In short (and again grossly oversimplifying), social contracts punishing free-riding and other asocial behavior create an environment in which individuals who are genetically predisposed to such behavior have a reproductive disadvantage (read they are often banished or killed and prevented from spreading their sociopathic genes) compared to individuals endowed with a more prosocial nature. This, as Henrich (2010) points out, led to “the self-domestication” of our species: we became increasingly more altruistic (towards group members) and prone to follow social norms. In turn, this reflected on the social contracts in the groups of our ancestors. Those contracts imposed increasingly more altruistic behavior on its member (and severe punishments on defectors), which again sharpened the genetic selective pressure on altruistic, prosocial, norm-abiding individuals, etc.

One important consequence of this is that human beings will often cooperate in competition situations (and so forsake the higher payoff they would get out of free-riding) in the total absence of sanctions (social, economic or other). As Bicchieri (2005, p. x) points out, humans often act prosocially even if they are not coerced to do so. (That is why honesty bars without cameras work). This is clearly shown by behavioral game-theoretic experiments (dictator games) in which people regularly divide a sum fairly even if they could have kept everything for themselves without any negative consequence (Camerer and Thaler 1995). The acute sense of fairness that prompts people to act altruistically seems to an important extent innate. Young children, who could not have acquired this sense of fairness culturally, already exhibit it (Warneken and Tomasello 2009). It evolved in response to social environments characterized by increasingly severe prosocial norms and makes Homo sapiens, as Bowles and Gintis (2011) have put it, a remarkably “cooperative species”.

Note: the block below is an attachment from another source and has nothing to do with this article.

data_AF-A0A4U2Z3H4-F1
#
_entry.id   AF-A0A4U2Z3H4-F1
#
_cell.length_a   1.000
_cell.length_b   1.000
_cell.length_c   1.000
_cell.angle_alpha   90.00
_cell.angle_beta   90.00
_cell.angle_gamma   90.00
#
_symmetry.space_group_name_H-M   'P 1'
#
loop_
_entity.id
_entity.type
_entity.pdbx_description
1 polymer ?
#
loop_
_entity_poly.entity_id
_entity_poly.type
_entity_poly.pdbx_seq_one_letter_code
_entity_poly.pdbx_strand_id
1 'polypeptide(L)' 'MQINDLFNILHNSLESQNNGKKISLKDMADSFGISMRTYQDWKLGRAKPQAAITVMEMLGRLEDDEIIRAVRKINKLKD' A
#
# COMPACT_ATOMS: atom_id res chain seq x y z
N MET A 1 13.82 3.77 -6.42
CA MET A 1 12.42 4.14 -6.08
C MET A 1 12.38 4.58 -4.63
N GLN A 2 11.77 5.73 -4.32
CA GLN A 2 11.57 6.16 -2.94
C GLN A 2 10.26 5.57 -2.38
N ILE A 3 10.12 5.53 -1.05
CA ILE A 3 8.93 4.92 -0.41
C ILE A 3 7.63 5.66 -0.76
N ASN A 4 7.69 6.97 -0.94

6 Conclusion

Social contracts emerged, persisted and evolved in response to the various cooperation problems humans have faced throughout history. Cooperation problems comprise both coordination and competition problems. The former are solved by creating common knowledge of coordination rules within the group. These solutions emerge from within-group dynamics. The latter are solved by norms that punish free-riding and doing so align individual interests with the group interest. They are largely (but not exclusively) culturally selected as a result of between-group competition. Current naturalistic accounts of the emergence and evolution of social contracts have focused mainly on how within-group dynamics lead to solutions to coordination problems. A more complete picture emerges when we view social contracts as solutions to cooperation problems – not merely coordination problems – and include between-group dynamics that select solutions to competition problems.


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Article note:

This paper is original work. It has not been published elsewhere, nor is it under consideration at another journal.

Published Online: 2020-02-17

©2020, Michael Vlerick, published by De Gruyter, Berlin/Boston